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Unread 02-12-2020, 09:12 PM   #4
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Yeah could be a moat around the perimeter and the rest of the water escapes to the drain, but since it weeps where they meet I'm inclined to lean toward the wall shedding water slowly...but like you've said you'd expect to see some moisture in the pan.

With the tear-out done around the drain sounds like you're invested at this point I'd
1)Start running tests to recreate the situation and see how water flows to the open weepholes. (Least intrusive)
2)Tear out the rest of the pan/shower and see whats happenings.(Most intrusive)

I'm assuming they are not wanting a redo if possible by your small look into the pan around the drain.
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Unread 02-12-2020, 10:32 PM   #5
Rkoehler
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Yeah already invested for sure, but just wanted to throw it out here and see if there is any other way besides Re building the entire pan. They don’t want that and neither do I because I’m so swamped right now, but looks like that’s the way I’m leaning. I didn’t run any water down the weep holes bc they were clear, but maybe I’ll do that just for confirmation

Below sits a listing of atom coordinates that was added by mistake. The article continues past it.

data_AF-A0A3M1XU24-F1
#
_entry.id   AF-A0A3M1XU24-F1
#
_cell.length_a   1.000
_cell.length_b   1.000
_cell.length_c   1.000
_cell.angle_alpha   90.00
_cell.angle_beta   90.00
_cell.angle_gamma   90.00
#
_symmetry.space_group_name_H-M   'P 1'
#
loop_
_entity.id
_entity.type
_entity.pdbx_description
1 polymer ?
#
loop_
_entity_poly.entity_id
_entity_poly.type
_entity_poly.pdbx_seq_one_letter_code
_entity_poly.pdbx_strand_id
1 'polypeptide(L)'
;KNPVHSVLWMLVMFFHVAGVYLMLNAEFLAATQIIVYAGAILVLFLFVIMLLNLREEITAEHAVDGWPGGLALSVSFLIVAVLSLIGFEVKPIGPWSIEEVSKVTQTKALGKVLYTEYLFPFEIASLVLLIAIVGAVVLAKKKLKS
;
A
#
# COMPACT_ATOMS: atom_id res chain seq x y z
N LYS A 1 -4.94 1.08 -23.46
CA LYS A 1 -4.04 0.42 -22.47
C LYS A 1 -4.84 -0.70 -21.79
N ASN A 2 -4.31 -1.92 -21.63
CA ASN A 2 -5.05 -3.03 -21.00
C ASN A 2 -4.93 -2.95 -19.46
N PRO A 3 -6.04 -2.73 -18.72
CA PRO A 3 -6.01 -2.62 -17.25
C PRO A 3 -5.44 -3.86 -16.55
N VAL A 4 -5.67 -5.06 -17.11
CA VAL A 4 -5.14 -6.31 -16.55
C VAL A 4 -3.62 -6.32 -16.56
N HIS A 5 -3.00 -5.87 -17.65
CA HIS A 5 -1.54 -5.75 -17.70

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Unread 02-13-2020, 07:45 AM   #6
Just In Tile LLC
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Being swamped is a good thing!..and stressful

Along with pouring water down the weep holes, I'd also wonder how water flowed through the mud bed and made its way to the weep holes. Run the shower over everything for a length of time and just see if anything seems outta the ordinary.
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Unread 02-13-2020, 09:12 AM   #7
Rkoehler
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That’s what I’m wondering as well because the mud bed is so dry around the drain. Yeah I will run water over everything. Anyone else have any ideas?
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Unread 02-13-2020, 09:23 AM   #8